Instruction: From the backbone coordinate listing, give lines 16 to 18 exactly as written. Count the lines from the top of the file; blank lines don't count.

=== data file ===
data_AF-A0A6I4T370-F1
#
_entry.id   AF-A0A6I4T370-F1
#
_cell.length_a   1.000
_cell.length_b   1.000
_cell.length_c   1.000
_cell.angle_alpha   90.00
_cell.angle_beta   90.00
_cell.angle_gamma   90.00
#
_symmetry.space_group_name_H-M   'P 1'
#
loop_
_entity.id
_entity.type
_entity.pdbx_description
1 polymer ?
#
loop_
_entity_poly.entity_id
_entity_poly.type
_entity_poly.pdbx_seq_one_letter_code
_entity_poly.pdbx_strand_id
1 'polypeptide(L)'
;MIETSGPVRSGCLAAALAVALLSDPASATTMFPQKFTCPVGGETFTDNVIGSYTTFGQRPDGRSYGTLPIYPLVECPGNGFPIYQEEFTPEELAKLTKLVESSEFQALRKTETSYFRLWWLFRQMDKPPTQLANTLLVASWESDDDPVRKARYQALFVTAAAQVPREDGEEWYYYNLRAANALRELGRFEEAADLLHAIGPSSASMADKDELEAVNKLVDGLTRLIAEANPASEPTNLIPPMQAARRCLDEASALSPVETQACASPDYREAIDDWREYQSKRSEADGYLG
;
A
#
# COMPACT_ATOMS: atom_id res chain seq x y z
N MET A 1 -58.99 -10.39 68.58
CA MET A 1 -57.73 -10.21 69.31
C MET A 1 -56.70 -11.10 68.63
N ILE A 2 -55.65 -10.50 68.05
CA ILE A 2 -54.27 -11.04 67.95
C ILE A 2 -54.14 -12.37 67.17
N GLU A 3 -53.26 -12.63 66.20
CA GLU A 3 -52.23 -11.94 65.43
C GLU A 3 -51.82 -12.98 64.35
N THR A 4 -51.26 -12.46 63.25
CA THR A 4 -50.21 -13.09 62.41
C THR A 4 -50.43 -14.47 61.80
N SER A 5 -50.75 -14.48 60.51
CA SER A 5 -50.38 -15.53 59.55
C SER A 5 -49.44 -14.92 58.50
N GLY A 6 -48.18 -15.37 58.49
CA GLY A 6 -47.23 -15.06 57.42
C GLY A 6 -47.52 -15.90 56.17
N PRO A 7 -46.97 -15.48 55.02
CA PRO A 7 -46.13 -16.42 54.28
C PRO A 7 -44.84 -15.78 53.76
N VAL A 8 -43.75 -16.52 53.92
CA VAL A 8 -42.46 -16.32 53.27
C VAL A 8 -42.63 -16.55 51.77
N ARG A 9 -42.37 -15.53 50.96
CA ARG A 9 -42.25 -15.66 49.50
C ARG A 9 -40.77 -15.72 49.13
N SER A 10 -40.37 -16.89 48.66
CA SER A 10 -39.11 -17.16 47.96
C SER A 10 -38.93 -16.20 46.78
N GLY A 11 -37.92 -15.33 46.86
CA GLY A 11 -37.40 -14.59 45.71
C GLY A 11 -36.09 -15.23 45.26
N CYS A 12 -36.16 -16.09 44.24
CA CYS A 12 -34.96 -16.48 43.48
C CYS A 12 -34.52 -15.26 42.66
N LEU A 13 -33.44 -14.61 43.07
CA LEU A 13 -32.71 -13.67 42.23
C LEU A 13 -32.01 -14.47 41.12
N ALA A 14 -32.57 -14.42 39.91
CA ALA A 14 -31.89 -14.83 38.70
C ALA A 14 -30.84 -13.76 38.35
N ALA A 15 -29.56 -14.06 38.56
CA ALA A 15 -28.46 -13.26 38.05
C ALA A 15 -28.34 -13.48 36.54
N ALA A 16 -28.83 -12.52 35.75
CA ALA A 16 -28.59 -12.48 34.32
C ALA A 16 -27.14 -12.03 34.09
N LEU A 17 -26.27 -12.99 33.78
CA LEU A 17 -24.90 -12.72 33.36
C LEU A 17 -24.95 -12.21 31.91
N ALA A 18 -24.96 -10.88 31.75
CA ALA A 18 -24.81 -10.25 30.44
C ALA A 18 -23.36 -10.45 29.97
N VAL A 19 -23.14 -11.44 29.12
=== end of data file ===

_entity.type
_entity.pdbx_description
1 polymer ?